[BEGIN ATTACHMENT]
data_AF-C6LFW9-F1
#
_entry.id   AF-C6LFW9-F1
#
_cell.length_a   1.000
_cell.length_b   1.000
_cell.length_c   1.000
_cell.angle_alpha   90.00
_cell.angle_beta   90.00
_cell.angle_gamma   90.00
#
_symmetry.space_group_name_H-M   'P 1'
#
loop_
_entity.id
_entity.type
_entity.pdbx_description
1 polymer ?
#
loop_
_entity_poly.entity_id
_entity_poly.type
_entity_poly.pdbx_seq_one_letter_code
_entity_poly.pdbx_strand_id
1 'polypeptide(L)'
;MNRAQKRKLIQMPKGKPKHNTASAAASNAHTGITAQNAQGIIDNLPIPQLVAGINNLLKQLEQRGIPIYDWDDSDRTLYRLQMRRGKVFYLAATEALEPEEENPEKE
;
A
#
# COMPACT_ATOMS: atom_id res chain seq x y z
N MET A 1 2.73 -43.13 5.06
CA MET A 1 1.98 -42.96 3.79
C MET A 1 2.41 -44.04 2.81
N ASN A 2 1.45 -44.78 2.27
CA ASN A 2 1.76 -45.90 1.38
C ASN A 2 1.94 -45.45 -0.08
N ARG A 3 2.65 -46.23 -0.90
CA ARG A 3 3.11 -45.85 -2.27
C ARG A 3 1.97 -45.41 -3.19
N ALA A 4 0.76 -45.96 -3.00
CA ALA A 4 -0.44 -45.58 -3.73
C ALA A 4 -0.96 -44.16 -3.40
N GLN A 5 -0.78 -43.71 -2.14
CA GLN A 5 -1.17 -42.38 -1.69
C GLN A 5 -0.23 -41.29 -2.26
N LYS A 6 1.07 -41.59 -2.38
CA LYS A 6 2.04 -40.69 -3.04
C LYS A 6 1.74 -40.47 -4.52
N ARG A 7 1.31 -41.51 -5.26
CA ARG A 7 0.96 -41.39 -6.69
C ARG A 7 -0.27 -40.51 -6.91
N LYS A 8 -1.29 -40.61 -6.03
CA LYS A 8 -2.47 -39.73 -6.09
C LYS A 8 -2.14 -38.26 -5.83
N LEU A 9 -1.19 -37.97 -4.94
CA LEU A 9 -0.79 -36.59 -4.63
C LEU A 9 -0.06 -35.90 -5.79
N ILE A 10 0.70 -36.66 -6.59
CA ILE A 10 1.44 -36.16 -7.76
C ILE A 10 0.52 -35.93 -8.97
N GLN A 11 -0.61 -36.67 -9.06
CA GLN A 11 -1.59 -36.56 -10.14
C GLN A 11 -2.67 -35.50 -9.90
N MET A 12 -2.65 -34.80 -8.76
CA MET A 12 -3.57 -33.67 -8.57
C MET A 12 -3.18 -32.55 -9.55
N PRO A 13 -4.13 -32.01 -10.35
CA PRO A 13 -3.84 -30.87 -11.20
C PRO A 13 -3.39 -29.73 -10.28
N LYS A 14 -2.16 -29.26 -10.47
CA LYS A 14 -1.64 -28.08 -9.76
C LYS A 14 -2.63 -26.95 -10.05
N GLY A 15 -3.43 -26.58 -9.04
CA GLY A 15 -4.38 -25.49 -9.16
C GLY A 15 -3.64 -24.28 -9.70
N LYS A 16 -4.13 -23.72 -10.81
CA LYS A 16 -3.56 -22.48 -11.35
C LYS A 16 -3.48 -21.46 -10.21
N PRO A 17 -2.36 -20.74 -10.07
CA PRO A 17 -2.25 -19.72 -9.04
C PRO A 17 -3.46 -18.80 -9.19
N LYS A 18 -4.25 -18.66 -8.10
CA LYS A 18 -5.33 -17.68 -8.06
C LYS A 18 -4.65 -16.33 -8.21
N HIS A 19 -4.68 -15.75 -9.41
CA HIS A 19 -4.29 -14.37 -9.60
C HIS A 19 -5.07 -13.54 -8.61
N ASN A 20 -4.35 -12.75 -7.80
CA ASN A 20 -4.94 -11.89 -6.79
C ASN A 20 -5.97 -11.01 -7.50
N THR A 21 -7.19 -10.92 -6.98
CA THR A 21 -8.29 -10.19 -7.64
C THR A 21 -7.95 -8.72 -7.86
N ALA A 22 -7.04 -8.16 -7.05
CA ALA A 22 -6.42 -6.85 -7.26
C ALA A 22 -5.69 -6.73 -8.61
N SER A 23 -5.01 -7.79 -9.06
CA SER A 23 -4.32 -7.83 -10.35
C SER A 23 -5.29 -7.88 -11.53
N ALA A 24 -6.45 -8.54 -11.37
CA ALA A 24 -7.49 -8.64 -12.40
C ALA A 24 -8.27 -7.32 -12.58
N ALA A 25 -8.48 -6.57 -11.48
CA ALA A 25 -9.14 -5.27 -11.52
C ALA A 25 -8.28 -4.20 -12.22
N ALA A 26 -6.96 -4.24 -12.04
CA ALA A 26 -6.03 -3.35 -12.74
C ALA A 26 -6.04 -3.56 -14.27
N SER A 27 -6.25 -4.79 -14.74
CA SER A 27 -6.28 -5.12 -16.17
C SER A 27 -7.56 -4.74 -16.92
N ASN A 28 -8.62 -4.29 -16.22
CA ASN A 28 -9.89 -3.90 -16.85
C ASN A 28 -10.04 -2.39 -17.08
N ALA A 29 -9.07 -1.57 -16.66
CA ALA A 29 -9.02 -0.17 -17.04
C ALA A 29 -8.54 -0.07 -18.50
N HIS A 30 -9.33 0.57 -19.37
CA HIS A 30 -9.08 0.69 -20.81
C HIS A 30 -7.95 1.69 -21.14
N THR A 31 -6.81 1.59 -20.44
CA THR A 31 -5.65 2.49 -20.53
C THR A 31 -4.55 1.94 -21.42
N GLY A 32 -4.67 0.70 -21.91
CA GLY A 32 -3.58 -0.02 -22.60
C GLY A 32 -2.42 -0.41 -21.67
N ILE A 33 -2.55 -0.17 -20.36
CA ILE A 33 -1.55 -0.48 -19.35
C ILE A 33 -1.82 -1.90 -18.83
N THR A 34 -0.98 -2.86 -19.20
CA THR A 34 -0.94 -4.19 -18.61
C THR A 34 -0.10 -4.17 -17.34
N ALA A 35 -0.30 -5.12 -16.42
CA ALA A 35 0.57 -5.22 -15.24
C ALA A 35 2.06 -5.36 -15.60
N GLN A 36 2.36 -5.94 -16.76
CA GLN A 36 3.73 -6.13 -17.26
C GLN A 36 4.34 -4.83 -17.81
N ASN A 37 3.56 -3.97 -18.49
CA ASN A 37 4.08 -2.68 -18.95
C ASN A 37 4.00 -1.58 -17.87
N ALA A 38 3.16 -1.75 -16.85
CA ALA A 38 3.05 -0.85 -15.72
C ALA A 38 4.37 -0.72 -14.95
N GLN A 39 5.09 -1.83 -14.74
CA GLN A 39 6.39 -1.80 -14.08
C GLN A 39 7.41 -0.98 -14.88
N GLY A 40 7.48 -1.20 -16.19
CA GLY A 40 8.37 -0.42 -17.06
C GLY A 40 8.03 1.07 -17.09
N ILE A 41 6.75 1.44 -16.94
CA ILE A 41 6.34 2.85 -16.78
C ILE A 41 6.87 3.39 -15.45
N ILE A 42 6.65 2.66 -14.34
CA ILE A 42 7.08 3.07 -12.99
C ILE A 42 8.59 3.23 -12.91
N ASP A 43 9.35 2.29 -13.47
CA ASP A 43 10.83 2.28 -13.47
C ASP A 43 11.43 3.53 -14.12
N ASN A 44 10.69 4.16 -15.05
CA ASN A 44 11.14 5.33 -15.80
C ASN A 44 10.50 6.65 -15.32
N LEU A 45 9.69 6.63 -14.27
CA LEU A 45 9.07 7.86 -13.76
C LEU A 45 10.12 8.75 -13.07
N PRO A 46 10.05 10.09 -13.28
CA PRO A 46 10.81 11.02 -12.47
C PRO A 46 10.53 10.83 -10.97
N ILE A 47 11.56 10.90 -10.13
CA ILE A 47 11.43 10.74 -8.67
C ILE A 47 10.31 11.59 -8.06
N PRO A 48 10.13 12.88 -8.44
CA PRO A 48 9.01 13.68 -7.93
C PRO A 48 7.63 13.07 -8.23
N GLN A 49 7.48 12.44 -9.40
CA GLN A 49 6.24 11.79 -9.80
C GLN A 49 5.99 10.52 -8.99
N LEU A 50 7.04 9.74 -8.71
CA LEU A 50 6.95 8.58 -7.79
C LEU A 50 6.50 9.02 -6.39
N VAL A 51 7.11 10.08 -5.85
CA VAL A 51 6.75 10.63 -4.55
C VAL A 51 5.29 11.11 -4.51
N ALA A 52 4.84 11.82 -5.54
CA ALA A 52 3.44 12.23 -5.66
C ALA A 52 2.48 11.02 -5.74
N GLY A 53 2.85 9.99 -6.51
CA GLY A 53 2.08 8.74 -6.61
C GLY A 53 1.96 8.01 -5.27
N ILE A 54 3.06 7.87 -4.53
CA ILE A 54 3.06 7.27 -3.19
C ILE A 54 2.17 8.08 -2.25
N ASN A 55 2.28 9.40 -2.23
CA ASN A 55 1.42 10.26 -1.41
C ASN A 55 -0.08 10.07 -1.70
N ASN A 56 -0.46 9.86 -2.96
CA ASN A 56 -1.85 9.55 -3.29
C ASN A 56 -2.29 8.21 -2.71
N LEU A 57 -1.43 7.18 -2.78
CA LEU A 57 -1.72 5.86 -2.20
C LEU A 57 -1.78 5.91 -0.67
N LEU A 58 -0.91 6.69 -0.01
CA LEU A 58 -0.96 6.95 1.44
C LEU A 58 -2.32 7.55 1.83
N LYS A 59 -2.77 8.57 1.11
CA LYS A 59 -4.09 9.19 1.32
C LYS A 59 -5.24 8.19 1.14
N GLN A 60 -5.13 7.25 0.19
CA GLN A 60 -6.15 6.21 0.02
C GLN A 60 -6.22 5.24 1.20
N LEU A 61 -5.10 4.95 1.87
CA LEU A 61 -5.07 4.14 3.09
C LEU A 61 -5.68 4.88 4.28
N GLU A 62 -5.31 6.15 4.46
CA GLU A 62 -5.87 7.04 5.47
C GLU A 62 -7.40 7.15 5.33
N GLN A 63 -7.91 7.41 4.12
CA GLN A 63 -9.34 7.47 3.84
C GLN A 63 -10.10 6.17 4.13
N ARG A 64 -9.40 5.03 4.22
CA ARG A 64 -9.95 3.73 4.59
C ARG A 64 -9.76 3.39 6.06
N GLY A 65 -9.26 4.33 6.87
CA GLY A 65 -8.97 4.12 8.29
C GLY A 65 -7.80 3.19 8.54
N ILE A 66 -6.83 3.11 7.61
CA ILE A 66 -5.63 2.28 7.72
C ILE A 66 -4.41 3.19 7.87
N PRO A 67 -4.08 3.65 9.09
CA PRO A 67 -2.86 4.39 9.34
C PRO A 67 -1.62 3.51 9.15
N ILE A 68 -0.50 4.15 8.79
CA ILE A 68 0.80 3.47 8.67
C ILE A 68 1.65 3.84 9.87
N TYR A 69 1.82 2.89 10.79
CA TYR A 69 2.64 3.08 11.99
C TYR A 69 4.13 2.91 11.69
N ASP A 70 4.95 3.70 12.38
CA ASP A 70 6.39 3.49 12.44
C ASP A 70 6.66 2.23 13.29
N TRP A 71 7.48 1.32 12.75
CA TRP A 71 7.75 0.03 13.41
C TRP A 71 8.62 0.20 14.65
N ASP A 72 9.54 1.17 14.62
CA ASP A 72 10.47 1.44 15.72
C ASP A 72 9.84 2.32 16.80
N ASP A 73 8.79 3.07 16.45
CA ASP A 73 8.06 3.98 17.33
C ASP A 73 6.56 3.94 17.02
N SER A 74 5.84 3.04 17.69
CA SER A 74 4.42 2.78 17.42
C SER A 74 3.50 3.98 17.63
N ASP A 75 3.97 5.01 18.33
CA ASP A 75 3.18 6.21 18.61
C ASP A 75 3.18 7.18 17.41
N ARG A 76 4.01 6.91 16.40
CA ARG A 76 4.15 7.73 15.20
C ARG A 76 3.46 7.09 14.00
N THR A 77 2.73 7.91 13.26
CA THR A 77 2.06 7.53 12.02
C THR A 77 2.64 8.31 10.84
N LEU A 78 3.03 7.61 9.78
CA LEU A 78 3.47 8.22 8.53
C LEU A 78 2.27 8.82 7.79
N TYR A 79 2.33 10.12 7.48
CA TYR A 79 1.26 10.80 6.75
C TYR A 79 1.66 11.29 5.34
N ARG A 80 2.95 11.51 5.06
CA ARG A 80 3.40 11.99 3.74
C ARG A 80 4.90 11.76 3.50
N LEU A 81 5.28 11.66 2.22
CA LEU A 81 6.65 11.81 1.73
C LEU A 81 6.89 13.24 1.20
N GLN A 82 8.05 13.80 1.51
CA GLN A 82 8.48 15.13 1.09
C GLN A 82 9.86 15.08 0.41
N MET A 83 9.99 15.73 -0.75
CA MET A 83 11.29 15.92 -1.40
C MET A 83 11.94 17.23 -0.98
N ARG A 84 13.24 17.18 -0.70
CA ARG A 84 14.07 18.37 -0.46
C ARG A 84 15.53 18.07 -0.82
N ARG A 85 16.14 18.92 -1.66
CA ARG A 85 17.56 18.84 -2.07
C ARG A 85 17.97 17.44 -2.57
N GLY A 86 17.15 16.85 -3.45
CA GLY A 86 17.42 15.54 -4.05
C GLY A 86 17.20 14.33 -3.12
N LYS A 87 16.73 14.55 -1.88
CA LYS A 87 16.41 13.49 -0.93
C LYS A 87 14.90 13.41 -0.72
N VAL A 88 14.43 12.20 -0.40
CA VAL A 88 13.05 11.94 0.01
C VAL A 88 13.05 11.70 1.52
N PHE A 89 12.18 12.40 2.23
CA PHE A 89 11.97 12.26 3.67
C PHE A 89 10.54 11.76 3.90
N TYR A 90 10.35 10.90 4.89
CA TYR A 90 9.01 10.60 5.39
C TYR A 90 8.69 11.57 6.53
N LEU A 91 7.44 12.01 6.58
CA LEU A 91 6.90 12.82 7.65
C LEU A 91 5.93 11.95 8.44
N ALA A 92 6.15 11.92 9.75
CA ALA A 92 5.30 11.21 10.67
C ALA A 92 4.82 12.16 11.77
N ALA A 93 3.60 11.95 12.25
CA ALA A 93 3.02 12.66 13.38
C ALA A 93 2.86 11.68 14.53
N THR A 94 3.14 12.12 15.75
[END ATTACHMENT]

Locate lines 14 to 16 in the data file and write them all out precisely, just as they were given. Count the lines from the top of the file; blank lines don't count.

loop_
_entity.id
_entity.type